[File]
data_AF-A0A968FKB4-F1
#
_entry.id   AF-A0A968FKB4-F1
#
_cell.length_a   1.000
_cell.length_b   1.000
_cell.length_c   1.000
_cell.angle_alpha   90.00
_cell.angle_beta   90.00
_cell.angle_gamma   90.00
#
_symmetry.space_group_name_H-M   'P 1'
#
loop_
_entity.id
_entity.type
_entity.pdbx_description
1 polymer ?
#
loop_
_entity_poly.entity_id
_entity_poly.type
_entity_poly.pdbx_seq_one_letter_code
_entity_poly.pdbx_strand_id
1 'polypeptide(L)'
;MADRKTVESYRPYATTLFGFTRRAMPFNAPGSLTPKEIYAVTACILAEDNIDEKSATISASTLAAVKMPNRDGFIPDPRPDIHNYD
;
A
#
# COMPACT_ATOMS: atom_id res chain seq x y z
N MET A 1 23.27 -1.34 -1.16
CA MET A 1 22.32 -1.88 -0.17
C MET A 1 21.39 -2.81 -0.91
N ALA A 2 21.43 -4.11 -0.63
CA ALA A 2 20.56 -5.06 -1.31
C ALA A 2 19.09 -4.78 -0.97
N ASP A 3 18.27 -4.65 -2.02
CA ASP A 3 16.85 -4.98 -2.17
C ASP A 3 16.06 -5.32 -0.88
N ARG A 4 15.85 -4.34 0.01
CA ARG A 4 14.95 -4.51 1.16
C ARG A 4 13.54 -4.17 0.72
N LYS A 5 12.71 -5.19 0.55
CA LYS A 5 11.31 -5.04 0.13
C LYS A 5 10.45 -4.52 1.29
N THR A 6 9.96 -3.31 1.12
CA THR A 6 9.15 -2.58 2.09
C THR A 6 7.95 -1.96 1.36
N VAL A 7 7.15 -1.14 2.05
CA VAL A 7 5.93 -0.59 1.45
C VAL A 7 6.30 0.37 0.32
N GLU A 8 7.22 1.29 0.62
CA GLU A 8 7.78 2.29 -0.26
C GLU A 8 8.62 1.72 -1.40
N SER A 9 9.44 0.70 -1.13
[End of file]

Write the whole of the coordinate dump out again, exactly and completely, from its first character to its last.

data_AF-A0A968FKB4-F1
#
_entry.id   AF-A0A968FKB4-F1
#
_cell.length_a   1.000
_cell.length_b   1.000
_cell.length_c   1.000
_cell.angle_alpha   90.00
_cell.angle_beta   90.00
_cell.angle_gamma   90.00
#
_symmetry.space_group_name_H-M   'P 1'
#
loop_
_entity.id
_entity.type
_entity.pdbx_description
1 polymer ?
#
loop_
_entity_poly.entity_id
_entity_poly.type
_entity_poly.pdbx_seq_one_letter_code
_entity_poly.pdbx_strand_id
1 'polypeptide(L)'
;MADRKTVESYRPYATTLFGFTRRAMPFNAPGSLTPKEIYAVTACILAEDNIDEKSATISASTLAAVKMPNRDGFIPDPRPDIHNYD
;
A
#
# COMPACT_ATOMS: atom_id res chain seq x y z
N MET A 1 23.27 -1.34 -1.16
CA MET A 1 22.32 -1.88 -0.17
C MET A 1 21.39 -2.81 -0.91
N ALA A 2 21.43 -4.11 -0.63
CA ALA A 2 20.56 -5.06 -1.31
C ALA A 2 19.09 -4.78 -0.97
N ASP A 3 18.27 -4.65 -2.02
CA ASP A 3 16.85 -4.98 -2.17
C ASP A 3 16.06 -5.32 -0.88
N ARG A 4 15.85 -4.34 0.01
CA ARG A 4 14.95 -4.51 1.16
C ARG A 4 13.54 -4.17 0.72
N LYS A 5 12.71 -5.19 0.55
CA LYS A 5 11.31 -5.04 0.13
C LYS A 5 10.45 -4.52 1.29
N THR A 6 9.96 -3.31 1.12
CA THR A 6 9.15 -2.58 2.09
C THR A 6 7.95 -1.96 1.36
N VAL A 7 7.15 -1.14 2.05
CA VAL A 7 5.93 -0.59 1.45
C VAL A 7 6.30 0.37 0.32
N GLU A 8 7.22 1.29 0.62
CA GLU A 8 7.78 2.29 -0.26
C GLU A 8 8.62 1.72 -1.40
N SER A 9 9.44 0.70 -1.13